Using Narratives to Align Antipsychotic Prescribing Practices for Youth with Evidence-based Guidelines
Statement of Problem
As we’ve shown through previous research, the growth in the number of publicly insured children in the United States who are using antipsychotics far exceeds that of privately insured youth. In fact, by 2007, 13% of all Medicaid-enrolled children in foster care, and one-quarter of all such youth receiving mental health services, were receiving antipsychotics. This is concerning as it reflects a growing practice of physicians prescribing these medications for off-label reasons, such as responding to disruptive behaviors among youth, and disproportionately to youth with child welfare system involvement. This misuse of psychotropic medications could have significant long-term impacts on a child’s health, which are unknown at this time. It’s for this reason that the off-label use of antipsychotics has raised alarms throughout the medical community.
Spurred from our research, the Pennsylvania Department of Human Services announced several new initiatives in 2016 to further reduce the use of psychotropic medications among Medicaid-enrolled youth in the state, including the release of new prescribing guidelines for physicians. While engaging clinicians is one important component to shifting towards more appropriate prescribing practices, the methods by which we can change prescribing behavior remain unknown.
This project seeks to develop and evaluate communications strategies intended to educate providers who care for Medicaid-enrolled youth on concerns about the misuse of antipsychotics and, ultimately, change their prescribing practices. We plan to conduct a statewide mixed-methods randomized control trial in Pennsylvania to test an innovative dissemination strategy using narratives. Narratives have long been recognized as a persuasive tool to promote health behavior change among patients, but their use for communicating and translating clinical evidence to providers is novel.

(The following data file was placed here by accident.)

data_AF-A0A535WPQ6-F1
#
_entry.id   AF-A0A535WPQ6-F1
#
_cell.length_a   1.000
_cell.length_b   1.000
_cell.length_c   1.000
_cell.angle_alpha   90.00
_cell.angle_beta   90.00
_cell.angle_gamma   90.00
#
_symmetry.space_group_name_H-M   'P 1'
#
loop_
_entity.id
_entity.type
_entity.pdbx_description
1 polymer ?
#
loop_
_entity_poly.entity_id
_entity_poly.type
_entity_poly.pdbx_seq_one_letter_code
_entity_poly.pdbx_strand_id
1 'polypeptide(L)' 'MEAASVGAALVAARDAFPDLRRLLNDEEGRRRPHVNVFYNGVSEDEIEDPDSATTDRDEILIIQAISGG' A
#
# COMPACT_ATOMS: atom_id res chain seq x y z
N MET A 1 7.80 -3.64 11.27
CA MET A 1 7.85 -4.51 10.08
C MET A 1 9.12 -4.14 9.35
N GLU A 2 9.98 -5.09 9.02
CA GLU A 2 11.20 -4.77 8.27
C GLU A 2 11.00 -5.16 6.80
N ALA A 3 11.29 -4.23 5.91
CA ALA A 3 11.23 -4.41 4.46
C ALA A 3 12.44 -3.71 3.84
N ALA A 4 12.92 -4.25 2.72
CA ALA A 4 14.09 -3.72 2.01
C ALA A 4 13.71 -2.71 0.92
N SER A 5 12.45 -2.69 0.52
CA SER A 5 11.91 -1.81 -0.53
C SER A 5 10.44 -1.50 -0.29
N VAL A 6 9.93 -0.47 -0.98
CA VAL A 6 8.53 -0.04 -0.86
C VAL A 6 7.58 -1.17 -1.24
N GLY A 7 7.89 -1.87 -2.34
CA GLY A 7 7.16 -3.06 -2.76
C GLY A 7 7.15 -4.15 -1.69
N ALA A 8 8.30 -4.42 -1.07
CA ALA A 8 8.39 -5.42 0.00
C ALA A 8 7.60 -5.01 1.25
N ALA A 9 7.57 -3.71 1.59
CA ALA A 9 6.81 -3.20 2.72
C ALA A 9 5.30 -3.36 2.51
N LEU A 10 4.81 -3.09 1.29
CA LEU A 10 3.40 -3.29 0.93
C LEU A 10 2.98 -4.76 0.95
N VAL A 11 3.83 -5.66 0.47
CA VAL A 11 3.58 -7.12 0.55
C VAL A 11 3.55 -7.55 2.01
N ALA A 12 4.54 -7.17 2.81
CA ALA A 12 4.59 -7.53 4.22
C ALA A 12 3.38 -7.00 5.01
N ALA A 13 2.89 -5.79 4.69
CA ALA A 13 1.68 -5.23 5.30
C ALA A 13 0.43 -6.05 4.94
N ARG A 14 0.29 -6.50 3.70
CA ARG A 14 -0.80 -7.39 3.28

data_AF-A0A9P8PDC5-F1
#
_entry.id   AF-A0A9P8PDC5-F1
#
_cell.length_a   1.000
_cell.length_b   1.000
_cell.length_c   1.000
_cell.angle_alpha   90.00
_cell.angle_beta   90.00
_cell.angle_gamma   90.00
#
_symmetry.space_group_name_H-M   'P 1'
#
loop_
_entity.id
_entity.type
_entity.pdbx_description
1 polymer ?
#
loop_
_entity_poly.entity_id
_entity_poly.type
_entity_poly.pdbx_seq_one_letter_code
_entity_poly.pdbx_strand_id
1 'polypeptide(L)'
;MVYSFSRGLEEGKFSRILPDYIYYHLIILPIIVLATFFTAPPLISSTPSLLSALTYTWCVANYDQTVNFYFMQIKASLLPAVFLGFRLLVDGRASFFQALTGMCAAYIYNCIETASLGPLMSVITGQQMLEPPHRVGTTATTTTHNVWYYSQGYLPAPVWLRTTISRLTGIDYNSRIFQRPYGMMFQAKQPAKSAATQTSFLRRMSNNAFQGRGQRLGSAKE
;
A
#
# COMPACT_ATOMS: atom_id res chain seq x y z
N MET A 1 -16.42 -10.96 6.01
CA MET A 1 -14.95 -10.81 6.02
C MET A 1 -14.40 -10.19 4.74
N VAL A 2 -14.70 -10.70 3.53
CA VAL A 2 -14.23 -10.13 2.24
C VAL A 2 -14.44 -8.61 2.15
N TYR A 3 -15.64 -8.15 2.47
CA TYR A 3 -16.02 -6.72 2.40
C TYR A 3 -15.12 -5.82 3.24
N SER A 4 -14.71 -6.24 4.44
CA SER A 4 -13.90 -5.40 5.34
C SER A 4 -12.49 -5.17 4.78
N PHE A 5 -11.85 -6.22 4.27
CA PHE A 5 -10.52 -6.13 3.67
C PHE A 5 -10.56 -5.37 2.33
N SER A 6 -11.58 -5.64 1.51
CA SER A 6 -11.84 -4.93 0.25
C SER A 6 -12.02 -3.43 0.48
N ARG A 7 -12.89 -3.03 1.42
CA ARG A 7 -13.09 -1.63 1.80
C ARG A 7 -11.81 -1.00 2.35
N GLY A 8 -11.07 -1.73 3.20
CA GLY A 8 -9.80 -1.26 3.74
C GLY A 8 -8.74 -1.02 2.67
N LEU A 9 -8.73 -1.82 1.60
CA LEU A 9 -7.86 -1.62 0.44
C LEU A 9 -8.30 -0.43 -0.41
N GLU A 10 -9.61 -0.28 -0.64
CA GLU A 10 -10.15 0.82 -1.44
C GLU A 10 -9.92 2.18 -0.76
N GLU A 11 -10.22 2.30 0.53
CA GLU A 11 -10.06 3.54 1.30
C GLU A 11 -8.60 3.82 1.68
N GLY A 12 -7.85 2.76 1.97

Developed from in-depth interviews and focus groups with a diverse set of clinicians, the narratives will take the form of short videos—shared through a newsletter and a website—by which clinicians will explain evidence-based prescribing guidelines for antipsychotic prescribing to their peers. We’ll compare the use of these narratives to written recommendations alone to see which method has the greatest impact on the adoption of evidence-based prescribing practices. We also wish to understand if the effectiveness of this narrative-based intervention differs across clinician specialties and if clinicians receive more than one narrative within a six-month time period.
We have strong partners in the development and execution of this project, including the Pennsylvania chapter of the American Academy of Pediatrics, Pennsylvania’s Office of Medical Assistance Programs, the Pennsylvania Psychiatric Society and the Pennsylvania Society of Family Medical Physicians.
It’s our hope and hypothesis that this narrative intervention will impact provider prescribing practices of antipsychotics to publicly insured youth. With the results, we plan to work with our Medicaid partners in the Commonwealth to refine or further develop this intervention.
The Children's Hospital of Philadelphia, PolicyLab. Using Narratives to Align Antipsychotic Prescribing Practices for Youth with Evidence-based Guidelines [online]. Available at: http://www.policylab.chop.edu. [Accessed: plug in date accessed here].